Sport as an early model for gene-based
athletes and handlers are risk-takers
illicit use of drugs for enhanced performance is common in sport
tools of gene therapy easily applied to sports
several reviewed therapeutic studies involve genes directly
applicable to sport
• enormous financial and national pressures at all levels of sport international elite, national, local
• concern in sports organizations, IOC, World Anti-Doping
Agency (WADA) and U.S. Anti-Doping Agency (USADA)
Non-disease traits can be modified
genetically - sports models
• altered muscle function - growth factors to increase
muscle size, strength, improve repair of injury
– injection of gene for insulin-like growth factor (IGF-1), other
muscle growth factors into muscle. In studies of muscle repair
(muscular dystrophy), mice become stronger
• improved delivery of oxygen to muscle
– gene for erythropoietin (epo) into muscle. Studies of anemia
(cancer, kidney disease), anemia is corrected and oxygen delivery
improved in mice
Genetic approaches to performance
enhancement in athletics
• increase oxygen carrying capacity of blood - epo
- IGF1,
• enhance skeletal and cardiac muscle function - GH,
– increase growth and differentiation of myoblasts
– stimulate muscle growth, hypertrophy, anabolic metabolism
• increase blood flow by stimulating new blood vessel
formation - i.e., VEGF?
• alter energy utilization - mitochondrial function
• raise pain threshold
• prevent injury, accelerate healing of injury
Sustained epo production and hematocrit
elevation - Muczynski and Osborne - 2000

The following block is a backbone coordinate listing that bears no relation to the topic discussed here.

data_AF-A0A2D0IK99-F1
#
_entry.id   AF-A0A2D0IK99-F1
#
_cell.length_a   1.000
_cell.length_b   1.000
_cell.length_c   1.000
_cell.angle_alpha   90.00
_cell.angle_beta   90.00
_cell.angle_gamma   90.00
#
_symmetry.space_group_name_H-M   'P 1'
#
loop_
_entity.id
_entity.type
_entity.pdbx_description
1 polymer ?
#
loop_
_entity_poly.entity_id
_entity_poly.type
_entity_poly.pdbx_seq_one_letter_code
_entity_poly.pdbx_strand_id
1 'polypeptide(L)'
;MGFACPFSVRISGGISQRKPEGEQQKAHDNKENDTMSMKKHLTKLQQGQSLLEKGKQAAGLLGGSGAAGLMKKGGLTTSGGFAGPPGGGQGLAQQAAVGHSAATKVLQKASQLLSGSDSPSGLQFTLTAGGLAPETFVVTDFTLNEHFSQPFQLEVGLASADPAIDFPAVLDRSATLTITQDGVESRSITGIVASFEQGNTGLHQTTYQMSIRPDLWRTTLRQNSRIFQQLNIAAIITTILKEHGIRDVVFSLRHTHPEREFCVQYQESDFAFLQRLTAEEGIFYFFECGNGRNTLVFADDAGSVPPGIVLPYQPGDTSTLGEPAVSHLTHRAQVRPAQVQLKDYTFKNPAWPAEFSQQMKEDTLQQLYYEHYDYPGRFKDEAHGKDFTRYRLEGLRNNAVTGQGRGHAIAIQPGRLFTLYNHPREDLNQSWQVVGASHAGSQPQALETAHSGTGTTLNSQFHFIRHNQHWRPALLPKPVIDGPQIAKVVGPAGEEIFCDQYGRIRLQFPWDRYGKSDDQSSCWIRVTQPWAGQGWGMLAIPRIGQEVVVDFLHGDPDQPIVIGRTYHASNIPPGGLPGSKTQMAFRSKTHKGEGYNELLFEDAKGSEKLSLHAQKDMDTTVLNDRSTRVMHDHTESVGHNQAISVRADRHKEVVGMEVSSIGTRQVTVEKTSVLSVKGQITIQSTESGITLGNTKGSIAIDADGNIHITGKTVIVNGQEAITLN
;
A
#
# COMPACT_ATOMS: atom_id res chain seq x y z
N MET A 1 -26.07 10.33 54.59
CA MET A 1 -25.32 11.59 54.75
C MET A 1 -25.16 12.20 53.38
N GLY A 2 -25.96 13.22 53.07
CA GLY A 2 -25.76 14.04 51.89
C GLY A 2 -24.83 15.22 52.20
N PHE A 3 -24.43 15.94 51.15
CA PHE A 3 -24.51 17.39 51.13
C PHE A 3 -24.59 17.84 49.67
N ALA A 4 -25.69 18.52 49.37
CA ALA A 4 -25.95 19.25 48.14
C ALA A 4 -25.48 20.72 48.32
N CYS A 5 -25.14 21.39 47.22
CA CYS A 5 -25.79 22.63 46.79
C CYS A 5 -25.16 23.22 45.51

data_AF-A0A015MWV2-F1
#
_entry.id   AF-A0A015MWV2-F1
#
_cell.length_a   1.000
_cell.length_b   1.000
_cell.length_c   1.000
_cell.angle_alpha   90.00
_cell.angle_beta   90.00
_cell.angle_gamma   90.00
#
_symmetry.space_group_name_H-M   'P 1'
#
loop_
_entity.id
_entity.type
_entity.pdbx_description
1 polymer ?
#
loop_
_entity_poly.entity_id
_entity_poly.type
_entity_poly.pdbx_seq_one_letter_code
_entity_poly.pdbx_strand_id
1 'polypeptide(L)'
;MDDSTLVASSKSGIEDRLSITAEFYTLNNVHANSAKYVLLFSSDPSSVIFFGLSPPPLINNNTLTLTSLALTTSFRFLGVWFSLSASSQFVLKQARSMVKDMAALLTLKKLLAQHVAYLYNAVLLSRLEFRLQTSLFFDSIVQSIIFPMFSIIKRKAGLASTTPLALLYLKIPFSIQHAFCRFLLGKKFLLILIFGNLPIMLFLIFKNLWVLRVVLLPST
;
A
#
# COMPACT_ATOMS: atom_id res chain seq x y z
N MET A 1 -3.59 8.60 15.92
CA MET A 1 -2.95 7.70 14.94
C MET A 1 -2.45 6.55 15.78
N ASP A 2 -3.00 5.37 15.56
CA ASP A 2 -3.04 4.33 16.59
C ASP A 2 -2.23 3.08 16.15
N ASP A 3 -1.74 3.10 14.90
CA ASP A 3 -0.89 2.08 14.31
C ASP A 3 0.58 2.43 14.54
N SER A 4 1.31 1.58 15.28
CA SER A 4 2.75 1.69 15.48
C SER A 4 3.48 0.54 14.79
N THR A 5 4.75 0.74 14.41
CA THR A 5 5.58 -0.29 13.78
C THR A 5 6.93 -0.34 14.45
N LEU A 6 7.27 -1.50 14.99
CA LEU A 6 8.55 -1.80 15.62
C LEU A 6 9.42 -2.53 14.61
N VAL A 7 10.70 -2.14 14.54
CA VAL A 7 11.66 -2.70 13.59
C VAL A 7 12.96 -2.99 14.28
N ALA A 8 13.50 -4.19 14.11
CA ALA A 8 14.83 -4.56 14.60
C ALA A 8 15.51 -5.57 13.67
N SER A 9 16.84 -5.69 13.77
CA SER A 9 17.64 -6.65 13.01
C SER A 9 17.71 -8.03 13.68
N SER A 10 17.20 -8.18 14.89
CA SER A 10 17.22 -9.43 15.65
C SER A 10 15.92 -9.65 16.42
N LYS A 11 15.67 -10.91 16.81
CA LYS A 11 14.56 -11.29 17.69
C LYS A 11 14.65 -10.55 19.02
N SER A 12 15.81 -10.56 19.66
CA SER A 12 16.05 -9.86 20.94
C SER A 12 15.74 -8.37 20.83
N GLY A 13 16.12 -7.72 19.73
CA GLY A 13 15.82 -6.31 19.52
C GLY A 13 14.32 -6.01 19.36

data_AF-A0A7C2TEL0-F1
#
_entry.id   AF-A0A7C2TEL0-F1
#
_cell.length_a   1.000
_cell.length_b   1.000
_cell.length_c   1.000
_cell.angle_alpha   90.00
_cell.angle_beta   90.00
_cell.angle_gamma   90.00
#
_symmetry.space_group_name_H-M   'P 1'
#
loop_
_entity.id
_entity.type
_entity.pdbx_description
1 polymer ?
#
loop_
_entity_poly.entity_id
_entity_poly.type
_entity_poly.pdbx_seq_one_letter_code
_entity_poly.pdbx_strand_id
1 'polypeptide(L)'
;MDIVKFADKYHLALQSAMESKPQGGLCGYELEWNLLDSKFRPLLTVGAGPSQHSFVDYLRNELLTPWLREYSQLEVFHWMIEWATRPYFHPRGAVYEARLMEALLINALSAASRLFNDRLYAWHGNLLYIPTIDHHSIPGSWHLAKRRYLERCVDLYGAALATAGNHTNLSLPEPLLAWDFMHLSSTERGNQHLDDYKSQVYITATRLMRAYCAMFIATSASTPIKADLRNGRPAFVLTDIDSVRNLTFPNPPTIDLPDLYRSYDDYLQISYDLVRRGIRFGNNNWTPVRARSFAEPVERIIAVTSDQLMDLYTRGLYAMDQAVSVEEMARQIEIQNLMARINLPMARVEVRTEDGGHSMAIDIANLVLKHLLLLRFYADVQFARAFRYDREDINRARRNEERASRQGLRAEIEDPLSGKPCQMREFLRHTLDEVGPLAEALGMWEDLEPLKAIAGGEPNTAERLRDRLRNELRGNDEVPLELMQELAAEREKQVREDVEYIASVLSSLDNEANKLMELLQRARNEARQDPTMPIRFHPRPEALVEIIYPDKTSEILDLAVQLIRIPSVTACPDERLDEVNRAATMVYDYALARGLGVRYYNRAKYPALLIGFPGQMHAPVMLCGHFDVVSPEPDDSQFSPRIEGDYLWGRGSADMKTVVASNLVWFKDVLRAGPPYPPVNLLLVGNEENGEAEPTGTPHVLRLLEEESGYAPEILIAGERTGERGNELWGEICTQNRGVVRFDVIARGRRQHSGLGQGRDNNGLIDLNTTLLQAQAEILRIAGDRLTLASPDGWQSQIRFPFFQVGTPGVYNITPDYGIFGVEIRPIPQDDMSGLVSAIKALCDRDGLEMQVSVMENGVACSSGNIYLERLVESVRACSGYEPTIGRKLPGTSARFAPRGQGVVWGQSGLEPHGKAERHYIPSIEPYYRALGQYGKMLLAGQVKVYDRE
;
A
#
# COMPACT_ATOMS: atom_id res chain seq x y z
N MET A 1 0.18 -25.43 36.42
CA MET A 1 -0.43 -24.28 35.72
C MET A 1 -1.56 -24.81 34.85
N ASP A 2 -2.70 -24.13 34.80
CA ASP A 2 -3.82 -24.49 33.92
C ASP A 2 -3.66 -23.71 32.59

• to treat anemia of chronic kidney disease
• genetically modify patient’s (autologous) smooth muscle
cells infected ex vivo with retrovirus expressing epo, coat
surface of plastic artery-vein dialysis graft with epoproducing cells
Qu i c k Ti m e ™ a n d a
An i m a ti o n d e c o m p re s s o r
a re n e e d e d to s e e th i s p i c tu re .
Siprashvili and Khavari, Mol.Ther. 9: 93, 2004
somatic cell
germ cell
therapy - OK
enhancement inevitable
Genetic “improvement” beyond sport ?
higher, faster, smarter, more beautiful, happier?
A potential new “eugenics”?
• the “old” eugenics of late 19th-early 20th centuries based on
poor science (Charles Davenport - Cold Spring Harbor)
– genetic basis for poverty, slovenliness, love of the sea (“thalassophilia”)
– catalyzed restrictive immigration to US, forced sterilization programs (“three
generations of imbeciles is enough” -Buck v. Bell, 1927 - O.W. Holmes),
stimulated Nazi racial policies
• a potential “new” eugenics based on understanding of
genetic components of disease susceptibility, behavior,
personality - how does “sociogenomics” differ from
• new potential for restrictive, discriminatory and unjust
social and public policy?